Labour government would hand power to councils, says leader Ed Miliband

North East council leaders have welcomed Labour leader Ed Miliband's plans to end a century of centralisation

Labour leader Ed Miliband
Labour leader Ed Miliband

North East council leaders have welcomed Labour leader Ed Miliband’s pledge to reverse a “century of centralisation” by giving local authorities a bigger role providing vital local services.

Councils would oversee police services, further education, local schools and part of the health service under a Labour government, Mr Miliband has announced.

It follows decades in which authorities have seen their powers reduced, for example because schools have left local authority control.

The policy announcement also confirmed that Labour would abolish Police and Crime Commissioners, the politicians elected to oversee police forces.

Mr Miliband said that in return for increased powers and funding, authorities would be told to set up independent spending watchdogs to ensure money was well spent.
Durham Council leader Simon Henig

The plans were drawn up by Labour’s Local Government Innovation Taskforce, which includes Coun Simon Henig, Labour Leader of Durham County Council.

Coun Henig said: “It’s a really positive move because my belief is that we are far too centralised as a country and it’s high time that we moved powers out of Whitehall and into regions and localities.”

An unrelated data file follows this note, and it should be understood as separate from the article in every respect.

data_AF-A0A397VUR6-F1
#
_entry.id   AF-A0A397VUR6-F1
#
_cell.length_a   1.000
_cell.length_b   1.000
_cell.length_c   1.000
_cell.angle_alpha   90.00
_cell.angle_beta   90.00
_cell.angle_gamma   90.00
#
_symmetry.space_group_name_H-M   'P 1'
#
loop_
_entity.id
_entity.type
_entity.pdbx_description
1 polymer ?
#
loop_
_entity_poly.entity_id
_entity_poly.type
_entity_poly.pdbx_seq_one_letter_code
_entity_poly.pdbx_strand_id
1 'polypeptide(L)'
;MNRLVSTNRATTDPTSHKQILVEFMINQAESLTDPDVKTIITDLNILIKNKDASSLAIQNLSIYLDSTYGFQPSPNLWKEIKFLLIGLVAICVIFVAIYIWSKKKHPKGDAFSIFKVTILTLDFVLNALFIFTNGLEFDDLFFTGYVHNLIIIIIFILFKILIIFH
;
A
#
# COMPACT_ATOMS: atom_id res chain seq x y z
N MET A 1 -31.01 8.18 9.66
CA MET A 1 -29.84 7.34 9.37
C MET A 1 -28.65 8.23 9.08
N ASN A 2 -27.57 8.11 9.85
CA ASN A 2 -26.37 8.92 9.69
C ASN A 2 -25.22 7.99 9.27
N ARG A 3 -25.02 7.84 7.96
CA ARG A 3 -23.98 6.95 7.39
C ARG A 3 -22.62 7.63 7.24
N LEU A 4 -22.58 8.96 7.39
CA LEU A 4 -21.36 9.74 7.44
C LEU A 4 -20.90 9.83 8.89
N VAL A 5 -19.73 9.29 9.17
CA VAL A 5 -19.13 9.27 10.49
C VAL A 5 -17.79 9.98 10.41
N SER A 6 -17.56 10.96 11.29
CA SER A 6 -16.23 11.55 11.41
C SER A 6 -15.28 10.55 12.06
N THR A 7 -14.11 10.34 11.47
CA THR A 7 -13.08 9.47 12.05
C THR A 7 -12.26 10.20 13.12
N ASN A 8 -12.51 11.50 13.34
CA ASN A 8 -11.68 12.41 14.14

And Newcastle City Council leader Nick Forbes said: “There’s now cross-party consensus around greater powers and responsibility for local government and I particularly welcome the proposals in Ed Miliband’s announcement about a public accounts committee for local areas.

“That could help scrutinise not only the work of councils but of other public services to ensure we are working together effectively in the wider public interest.”

Under the proposals, Local authorities, medical professionals and patient representative groups will take responsibility for keeping elderly and vulnerable people out of hospital by running health and social care programmes.

Councils will take responsibility for equipping young people with the skills they need to succeed by managing further education for 19 to 24 year-olds as well as a new service for under-21s looking for work.

Cllr Nick Forbes, Leader of Newcastle Council
Cllr Nick Forbes, Leader of Newcastle Council

They would have a say in the appointment of local police commanders - and council leaders will sit on new Policing Boards, which will replace Police and Crime Commissioners.

Councils, health services, education services, police and other local bodies would form partnerships to help families in poverty or struggling in other ways, with a share of a £1.5bn nation budget.

Local authorities would appoint a Directors of School Standards to scrutinise schools, draw up a long-term strategic plan for education in each area and intervene where schools are failing.

And councils with “a strong track record of delivery” will be encouraged to negotiate with central government to take on more powers.

The Labour leader said he would chart a new course away from the “old top-down command model” towards what he called a new era of “people-powered public services”.

There would be a statutory requirement on local authorities to set up public accounts committees to scrutinise value for money for all services in their area.

Mr Miliband said: “The next government can make big reforms without big spending. By reversing the centralisation of power we will empower those who are best able to use the resources we have and have shown they can deliver.”


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